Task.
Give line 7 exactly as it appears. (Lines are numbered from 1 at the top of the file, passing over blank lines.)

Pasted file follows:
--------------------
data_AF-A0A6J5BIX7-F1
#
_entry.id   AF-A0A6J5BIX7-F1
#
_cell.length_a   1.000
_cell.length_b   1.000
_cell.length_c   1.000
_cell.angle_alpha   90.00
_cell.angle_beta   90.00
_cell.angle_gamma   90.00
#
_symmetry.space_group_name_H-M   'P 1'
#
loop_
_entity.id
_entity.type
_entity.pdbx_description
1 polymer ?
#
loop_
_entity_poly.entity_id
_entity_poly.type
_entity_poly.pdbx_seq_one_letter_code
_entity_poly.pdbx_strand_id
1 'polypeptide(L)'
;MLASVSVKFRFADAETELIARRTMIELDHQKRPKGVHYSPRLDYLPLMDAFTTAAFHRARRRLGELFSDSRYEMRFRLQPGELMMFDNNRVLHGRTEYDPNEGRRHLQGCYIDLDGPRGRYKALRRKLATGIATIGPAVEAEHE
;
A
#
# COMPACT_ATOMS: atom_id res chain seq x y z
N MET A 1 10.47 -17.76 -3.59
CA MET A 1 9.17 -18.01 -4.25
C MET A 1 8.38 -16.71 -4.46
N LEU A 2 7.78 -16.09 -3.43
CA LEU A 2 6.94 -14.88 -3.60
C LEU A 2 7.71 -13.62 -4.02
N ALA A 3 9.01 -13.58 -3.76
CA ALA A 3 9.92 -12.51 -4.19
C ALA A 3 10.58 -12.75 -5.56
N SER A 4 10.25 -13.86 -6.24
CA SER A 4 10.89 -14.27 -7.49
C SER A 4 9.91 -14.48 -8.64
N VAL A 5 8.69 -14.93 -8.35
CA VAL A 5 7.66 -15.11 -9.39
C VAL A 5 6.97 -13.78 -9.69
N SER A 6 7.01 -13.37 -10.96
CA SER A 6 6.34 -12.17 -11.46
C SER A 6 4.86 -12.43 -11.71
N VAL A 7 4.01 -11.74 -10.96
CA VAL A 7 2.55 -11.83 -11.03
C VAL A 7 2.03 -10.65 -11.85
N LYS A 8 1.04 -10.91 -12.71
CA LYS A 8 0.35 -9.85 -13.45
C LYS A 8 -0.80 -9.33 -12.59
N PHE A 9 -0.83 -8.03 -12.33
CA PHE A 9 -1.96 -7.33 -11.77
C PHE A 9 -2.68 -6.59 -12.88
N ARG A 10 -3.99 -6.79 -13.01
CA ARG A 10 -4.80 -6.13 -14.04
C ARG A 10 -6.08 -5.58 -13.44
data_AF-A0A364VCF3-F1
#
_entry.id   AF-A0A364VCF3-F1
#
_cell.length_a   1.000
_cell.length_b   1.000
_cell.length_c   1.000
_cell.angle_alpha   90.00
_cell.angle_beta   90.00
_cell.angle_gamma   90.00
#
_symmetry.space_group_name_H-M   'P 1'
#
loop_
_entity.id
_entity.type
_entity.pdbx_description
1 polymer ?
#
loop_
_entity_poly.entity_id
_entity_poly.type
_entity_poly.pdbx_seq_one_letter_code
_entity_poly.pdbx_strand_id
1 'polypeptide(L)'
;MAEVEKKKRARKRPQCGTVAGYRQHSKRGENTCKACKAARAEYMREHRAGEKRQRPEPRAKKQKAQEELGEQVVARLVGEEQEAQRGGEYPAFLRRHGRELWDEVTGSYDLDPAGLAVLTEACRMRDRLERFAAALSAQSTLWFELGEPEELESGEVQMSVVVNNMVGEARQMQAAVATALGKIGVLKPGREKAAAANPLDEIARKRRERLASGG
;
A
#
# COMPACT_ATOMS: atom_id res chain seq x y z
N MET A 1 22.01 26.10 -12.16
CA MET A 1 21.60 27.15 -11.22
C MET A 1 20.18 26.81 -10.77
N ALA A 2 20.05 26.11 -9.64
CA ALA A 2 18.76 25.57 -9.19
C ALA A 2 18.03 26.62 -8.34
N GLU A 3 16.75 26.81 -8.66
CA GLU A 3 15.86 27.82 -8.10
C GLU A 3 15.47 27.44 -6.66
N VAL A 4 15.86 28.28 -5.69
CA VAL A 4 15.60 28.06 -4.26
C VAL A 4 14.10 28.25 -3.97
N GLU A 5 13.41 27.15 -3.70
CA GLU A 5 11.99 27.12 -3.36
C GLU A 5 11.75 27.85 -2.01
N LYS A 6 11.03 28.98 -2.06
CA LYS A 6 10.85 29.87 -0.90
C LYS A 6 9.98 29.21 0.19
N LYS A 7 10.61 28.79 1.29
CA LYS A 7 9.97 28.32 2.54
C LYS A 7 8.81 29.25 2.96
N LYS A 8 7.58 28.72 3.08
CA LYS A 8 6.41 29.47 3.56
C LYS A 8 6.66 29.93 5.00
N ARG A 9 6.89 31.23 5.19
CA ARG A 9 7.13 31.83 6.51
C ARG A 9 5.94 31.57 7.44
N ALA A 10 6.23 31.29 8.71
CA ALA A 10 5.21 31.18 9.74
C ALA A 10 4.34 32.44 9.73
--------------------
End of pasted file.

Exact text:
_cell.length_c   1.000